Vision Expo West
Vision Expo West
September 22, 2014
1 min read

Prescription lenses critical to functionality of wearable technology

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LAS VEGAS – It is predicted that by 2017, 60% of all wearable technology will be made up by smart watches and smart glasses, and optometrists will play a crucial role, according to a speaker here at Vision Expo West.

Brad Main, FNAO, training and education manager for Rochester Optical, told attendees at a continuing education presentation that with all the functionality that a heads-up display, or HUD, provides, the need for prescription lenses in the two-thirds of the U.S. population that needs vision correction is critical.

“Without corrective lenses for these devices, many users cannot fully experience their functionality,” he said.

Main explained that wearable technology is clothing and accessories incorporating computer and advanced electronics that aim to improve and enhance a user’s quality of life.

“It leverages the digital world by enhancing a person’s behaviors, actions and experiences in the real world and improves productivity and workplace efficiency,” he said.

Nearly 90% of the current wearable technologies are in the fitness category, but smart watches and smart glasses are predicted to make up 60% of the market by 2017, according to Main. The number of smart glasses on the market has doubled just since January.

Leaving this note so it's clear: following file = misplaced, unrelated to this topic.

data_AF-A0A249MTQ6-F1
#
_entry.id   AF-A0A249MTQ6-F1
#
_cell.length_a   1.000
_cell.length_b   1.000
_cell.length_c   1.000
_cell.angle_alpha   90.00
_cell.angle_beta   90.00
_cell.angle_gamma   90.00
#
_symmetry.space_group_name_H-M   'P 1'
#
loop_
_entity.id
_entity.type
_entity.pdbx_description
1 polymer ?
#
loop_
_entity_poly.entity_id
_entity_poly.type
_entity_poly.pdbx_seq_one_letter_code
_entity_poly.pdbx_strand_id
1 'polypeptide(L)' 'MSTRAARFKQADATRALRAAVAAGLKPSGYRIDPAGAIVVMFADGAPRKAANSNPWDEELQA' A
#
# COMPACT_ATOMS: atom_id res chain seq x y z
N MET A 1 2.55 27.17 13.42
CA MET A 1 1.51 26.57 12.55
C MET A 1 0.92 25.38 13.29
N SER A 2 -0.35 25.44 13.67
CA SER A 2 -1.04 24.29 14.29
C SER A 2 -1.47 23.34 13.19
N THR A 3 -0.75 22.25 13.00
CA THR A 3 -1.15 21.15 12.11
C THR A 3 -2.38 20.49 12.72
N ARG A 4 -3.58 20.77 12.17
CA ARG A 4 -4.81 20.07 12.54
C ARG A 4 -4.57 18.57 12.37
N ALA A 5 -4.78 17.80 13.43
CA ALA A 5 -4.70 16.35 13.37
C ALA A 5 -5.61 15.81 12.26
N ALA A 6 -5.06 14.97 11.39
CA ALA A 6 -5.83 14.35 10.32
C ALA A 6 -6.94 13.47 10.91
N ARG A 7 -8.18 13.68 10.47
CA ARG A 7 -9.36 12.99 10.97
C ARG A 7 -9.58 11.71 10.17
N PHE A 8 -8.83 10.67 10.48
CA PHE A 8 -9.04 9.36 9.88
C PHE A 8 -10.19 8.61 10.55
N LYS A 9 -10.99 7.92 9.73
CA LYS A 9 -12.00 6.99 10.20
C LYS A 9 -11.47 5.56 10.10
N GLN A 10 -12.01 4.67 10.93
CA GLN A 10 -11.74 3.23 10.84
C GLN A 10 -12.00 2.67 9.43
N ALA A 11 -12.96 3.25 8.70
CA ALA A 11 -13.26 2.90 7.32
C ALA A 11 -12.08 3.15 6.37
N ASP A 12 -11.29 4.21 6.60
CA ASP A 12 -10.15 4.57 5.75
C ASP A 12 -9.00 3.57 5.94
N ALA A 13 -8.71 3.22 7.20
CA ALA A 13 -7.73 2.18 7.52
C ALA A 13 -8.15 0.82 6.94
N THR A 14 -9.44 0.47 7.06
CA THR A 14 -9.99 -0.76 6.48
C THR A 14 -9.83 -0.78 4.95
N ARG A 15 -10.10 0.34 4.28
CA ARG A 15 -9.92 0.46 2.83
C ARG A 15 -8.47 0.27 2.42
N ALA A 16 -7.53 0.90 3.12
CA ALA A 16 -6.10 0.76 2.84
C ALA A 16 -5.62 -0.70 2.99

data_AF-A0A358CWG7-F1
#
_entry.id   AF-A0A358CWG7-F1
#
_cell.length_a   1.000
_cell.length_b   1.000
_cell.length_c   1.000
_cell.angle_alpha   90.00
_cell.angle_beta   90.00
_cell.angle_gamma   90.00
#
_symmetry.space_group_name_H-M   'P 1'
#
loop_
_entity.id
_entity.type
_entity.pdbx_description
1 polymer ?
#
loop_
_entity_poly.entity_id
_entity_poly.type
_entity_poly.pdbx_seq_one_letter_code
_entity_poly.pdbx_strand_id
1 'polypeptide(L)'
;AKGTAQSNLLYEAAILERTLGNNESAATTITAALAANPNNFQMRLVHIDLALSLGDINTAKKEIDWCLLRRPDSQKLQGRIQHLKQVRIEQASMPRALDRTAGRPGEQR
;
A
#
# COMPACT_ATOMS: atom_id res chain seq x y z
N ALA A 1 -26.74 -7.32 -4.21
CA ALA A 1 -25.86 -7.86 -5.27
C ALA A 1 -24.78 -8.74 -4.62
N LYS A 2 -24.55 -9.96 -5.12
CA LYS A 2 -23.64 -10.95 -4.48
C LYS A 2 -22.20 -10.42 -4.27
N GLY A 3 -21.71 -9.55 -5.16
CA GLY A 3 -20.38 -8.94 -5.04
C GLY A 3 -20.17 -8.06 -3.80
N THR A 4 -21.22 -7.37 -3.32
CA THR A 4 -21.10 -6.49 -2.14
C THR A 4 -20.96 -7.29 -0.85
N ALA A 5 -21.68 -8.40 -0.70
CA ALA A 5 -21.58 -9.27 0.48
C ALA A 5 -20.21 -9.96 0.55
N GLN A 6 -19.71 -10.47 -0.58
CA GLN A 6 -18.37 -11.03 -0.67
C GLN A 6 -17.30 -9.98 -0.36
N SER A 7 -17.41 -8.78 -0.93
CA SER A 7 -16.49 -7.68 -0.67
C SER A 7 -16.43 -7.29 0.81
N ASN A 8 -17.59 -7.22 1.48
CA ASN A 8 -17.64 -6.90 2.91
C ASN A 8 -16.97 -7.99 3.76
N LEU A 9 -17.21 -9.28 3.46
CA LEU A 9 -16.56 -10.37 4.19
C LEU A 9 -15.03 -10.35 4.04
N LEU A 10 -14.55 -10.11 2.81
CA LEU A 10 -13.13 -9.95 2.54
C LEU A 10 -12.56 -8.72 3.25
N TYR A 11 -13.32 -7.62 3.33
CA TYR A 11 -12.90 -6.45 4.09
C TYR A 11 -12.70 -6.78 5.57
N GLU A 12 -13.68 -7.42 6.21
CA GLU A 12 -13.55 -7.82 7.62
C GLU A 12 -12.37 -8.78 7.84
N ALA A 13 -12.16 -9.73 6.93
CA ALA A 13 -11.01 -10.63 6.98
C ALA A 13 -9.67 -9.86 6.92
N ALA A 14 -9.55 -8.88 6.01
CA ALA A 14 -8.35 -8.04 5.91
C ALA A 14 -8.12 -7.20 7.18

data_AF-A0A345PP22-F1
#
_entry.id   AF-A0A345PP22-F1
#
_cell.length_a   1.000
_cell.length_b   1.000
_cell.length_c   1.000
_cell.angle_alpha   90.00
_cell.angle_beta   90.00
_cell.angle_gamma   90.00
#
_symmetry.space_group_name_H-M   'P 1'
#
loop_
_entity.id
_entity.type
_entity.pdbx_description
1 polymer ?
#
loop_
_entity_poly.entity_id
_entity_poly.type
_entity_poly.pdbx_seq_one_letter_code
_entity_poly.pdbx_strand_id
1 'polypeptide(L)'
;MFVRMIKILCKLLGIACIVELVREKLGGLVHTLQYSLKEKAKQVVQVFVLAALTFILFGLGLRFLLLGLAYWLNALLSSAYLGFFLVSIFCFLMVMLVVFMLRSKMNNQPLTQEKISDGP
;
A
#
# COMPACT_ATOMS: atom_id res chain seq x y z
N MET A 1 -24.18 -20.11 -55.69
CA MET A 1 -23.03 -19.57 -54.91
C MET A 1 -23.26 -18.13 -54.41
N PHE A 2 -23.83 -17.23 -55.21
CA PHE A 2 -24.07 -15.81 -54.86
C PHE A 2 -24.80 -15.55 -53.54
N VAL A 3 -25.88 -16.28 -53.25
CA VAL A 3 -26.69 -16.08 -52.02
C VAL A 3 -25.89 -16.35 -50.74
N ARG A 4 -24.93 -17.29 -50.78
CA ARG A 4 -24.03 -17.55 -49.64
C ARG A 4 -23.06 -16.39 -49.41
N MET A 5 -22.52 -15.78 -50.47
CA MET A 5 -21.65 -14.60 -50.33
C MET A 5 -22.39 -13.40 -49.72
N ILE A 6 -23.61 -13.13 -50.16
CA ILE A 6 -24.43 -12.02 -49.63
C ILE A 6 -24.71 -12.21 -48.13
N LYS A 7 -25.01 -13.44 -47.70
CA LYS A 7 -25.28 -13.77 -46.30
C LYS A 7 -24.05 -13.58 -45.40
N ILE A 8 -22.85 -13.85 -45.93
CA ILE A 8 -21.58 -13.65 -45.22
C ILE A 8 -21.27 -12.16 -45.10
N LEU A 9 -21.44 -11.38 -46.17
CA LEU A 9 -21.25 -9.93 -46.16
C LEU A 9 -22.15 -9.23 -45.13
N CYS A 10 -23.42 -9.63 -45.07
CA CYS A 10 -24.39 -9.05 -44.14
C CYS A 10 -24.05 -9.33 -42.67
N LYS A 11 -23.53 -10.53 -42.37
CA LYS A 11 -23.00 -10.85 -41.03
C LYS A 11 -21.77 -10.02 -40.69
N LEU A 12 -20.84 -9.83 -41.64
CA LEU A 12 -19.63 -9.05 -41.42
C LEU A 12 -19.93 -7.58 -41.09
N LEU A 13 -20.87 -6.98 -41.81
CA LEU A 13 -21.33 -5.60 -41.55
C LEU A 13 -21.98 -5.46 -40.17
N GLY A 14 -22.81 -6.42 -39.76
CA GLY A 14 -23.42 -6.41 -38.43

“The projection is that 8 to 10 years from now our smart phone will be replaced with another technology,” he said. “It’s going to be a smart phone in a pair of glasses.”

The technology may be controlled by voice commands, from a touch pad or by a wink of the eye.

Main said Rochester Optical uses freeform design and digital surfacing to address the challenges of viewing through a HUD. He said the spectacles are suitable for everyday wear and have a short adjustment period.

“Find out in your community what industry, enterprise and businesses are starting to employ this technology and position yourself as the eye care expert who can fill a prescription for this product,” Main said. “Make this technology visible. Position yourself as an expert in the area. Know the products out there. Wear it yourself. Do a demonstration. Be an early adopter. Just because it doesn’t look ophthalmic now doesn’t mean that’s how it will be 3 years from now.”